Daniel Bell, a wide-ranging scholar and writer who coined the terms "post-industrial" and "the information society" and who predicted the collapse of communism, the rise of the Internet and other significant trends in economics and culture long before they occurred, died Jan. 25 at his home in Cambridge, Mass. He was 91. The cause of death was not disclosed.

Dr. Bell trained as a sociologist and was a professor at Columbia and Harvard universities. He was among the country's first "public intellectuals," whose impact reached far beyond academia. His portfolio roamed freely across many fields, including politics, economics, history, education, cultural studies and religion.

As early as 1967, when home computers were mere fantasies, Dr. Bell had foreseen the rise of the Internet. He imagined "tens of thousands of terminals in homes and offices 'hooked' into giant central computers providing library and information services, retail ordering and billing services, and the like."

In one of his most influential books, 1973's "The Coming of Post-Industrial Society," Dr. Bell said the computer would come to define the late 20th century as much as the automobile had the first half of the century.

He foretold "the pre-eminence of the professional and technical class" and growing global economic competition as manufacturing gave way to an international economy built on technology and services. With less emphasis on manual labor, Dr. Bell added, it was only a matter of time before communism and other Marxist ideologies fell under their own weight.

Two of his other books, "The End of Ideology" (1960) and "Cultural Contradictions of Capitalism" (1978), were cited by the Times Literary Supplement, a British publication, as among the 100 most influential books written since World War II.

In the latter book, Dr. Bell argued that the self-indulgent societies created by free markets and easy credit undercut the capitalist system itself and its purported values of discipline and restraint.

"Hedonism has replaced the old bourgeois value of delayed gratification," he said in 1989.

In "The End of Ideology," Dr. Bell suggested that political systems based on fixed intellectual notions - Marxism, in particular - were fading in importance and would be replaced by more pragmatic forms of belief.

"A utopia has to specify where one wants to go, how to get there, the costs of the enterprise, and some realization of and justification for the determination of who is to pay," he wrote.

In 1999, the Economist magazine named Dr. Bell "America's most eminent post-war social theorist," but for all his pronouncements on social trends and public policy, his personal views were hard to pin down.

At 13, he had given speeches in support of socialist presidential candidate Norman Thomas. But in his first book, "Marxian Socialism in the United States" (1952), he argued that the views of socialists were simply too rigid to gain a large following in freewheeling America.

Dr. Bell stayed away from partisan politics and, despite his Jewish heritage, he professed no particular religious views. He opposed the Vietnam War but also detested the 1960s counterculture, which he considered selfish, totalitarian and intellectually empty - built on "the shambles and appetite of self-interest," as he put it.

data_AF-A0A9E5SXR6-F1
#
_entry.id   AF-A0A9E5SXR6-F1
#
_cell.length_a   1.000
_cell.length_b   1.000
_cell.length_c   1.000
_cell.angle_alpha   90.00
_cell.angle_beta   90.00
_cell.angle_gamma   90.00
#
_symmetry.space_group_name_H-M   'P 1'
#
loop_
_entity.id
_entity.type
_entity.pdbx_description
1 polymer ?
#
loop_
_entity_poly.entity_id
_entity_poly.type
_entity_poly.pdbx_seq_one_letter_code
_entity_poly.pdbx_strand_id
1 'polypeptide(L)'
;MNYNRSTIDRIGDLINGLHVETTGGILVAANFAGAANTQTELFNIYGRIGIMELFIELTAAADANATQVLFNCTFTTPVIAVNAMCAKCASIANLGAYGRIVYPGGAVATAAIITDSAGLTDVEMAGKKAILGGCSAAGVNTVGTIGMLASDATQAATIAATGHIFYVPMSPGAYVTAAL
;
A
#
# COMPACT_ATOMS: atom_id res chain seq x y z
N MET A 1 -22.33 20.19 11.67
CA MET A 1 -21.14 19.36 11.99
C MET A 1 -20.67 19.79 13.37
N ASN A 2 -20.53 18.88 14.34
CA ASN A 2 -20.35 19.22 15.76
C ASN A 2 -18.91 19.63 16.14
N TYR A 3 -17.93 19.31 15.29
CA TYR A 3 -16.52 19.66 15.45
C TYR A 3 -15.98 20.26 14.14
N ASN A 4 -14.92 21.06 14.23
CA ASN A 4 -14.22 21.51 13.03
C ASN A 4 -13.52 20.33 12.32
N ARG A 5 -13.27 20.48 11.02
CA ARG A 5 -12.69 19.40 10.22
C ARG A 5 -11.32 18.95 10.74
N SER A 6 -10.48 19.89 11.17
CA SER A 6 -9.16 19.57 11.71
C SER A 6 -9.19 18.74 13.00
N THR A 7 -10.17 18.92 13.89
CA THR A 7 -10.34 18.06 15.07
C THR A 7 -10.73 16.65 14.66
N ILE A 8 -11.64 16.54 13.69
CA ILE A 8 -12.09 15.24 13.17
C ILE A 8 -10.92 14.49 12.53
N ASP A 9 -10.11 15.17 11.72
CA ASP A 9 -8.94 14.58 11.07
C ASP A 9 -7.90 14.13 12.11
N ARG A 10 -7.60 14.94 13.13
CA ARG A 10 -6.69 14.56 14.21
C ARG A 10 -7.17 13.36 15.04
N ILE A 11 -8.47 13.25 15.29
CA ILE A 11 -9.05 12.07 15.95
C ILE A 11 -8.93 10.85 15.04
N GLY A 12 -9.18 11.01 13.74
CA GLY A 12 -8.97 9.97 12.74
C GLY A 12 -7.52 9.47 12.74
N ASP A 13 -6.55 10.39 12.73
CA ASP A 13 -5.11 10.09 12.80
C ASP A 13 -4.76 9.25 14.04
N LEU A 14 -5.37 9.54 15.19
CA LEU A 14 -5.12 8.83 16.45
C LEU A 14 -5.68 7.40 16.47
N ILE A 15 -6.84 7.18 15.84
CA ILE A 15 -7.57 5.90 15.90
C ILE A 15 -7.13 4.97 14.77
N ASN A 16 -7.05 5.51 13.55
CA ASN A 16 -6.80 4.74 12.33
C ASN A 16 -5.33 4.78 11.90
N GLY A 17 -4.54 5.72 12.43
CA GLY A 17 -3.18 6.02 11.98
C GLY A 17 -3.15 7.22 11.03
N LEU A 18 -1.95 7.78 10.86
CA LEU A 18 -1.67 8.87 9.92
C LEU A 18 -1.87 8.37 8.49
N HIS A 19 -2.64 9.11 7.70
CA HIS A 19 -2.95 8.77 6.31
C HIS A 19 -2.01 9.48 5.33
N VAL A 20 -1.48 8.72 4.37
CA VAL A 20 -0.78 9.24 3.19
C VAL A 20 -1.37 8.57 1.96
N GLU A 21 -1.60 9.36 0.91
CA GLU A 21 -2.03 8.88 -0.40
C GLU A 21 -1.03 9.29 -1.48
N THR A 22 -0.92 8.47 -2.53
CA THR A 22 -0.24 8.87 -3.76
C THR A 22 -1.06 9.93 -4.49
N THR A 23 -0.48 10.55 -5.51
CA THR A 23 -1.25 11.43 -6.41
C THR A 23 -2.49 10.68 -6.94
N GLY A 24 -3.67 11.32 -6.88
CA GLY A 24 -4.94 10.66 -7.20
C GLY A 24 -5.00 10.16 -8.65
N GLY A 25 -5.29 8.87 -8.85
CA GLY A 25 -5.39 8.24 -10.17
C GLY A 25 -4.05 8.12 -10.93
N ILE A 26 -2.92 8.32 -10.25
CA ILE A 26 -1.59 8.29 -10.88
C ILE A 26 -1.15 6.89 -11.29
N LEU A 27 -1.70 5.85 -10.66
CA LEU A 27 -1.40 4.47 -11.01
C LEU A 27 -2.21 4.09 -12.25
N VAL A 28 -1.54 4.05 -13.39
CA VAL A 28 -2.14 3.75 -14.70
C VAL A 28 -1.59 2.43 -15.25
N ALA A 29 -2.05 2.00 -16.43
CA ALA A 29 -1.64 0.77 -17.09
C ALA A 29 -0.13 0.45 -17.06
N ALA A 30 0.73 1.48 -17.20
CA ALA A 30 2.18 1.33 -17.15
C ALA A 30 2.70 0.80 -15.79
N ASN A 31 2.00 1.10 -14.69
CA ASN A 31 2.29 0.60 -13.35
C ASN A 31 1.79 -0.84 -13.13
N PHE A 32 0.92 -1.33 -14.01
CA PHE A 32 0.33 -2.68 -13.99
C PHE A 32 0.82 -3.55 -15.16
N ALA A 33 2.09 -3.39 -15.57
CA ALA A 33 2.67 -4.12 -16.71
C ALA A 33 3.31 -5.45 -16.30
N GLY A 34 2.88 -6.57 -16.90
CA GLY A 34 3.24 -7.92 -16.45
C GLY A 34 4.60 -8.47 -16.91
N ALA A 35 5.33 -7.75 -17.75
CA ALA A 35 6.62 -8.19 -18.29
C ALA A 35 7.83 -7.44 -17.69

Instead of being the champion of social trends, he contented himself with examining them. He described himself, seemingly without contradiction, as "a socialist in economics, a liberal in politics and a conservative in culture."

He was born Daniel Bolotsky on Manhattan's Lower East Side on May 10, 1919. His parents were immigrants from Eastern Europe, and he was an infant when his father died.

He spoke Yiddish while growing up and, at his bar mitzvah, told his rabbi that he didn't believe in God.

"Tell me," he said the rabbi replied, "do you think God cares?"

He was 13 when his family changed its name to Bell, and at 16 he entered City College of New York. In the 1930s, CCNY was known for its young, mostly Jewish students, later collectively called the "New York intellectuals," who spent hours debating literature, society and Marxism.

Mr. Bell's classmates included such future intellectual stars as writers Irving Kristol and Irving Howe, sociologists Nathan Glazer and Seymour Martin Lipset and art critic Harold Rosenberg. The intellectual ferment of the time was depicted in a 1998 documentary, "Arguing the World."

After graduating from CCNY, Dr. Bell worked at the New Leader magazine and then taught at the University of Chicago. He spent many years as the labor editor of Fortune magazine while writing some of his first books and articles.

He received a doctorate in sociology from Columbia in 1959 and taught at the university until 1969, when he moved to Harvard.

In 1965, he and Kristol founded the Public Interest, a journal designed, as Dr. Bell later wrote, "to transcend ideology through reasoned public debate."

Dr. Bell broke with Kristol in the 1970s over Kristol's increasingly conservative political leanings. The Public Interest later became a seminal publication of the neo-conservative movement.

His first two marriages, to Nora Potashnick and Elaine Graham, ended in divorce.

Survivors include his third wife, Pearl Kazin Bell, the sister of literary critic Alfred Kazin; a daughter from his first marriage; a son from his third marriage; and four grandchildren.

Dr. Bell continued to write books and publish new editions of his earlier ones. His intellectual grasp was so wide it was sometimes hard to tell what his primary field of study was. Once, when he was a graduate student, he was asked his specialty.

"I specialize in generalizations," he said.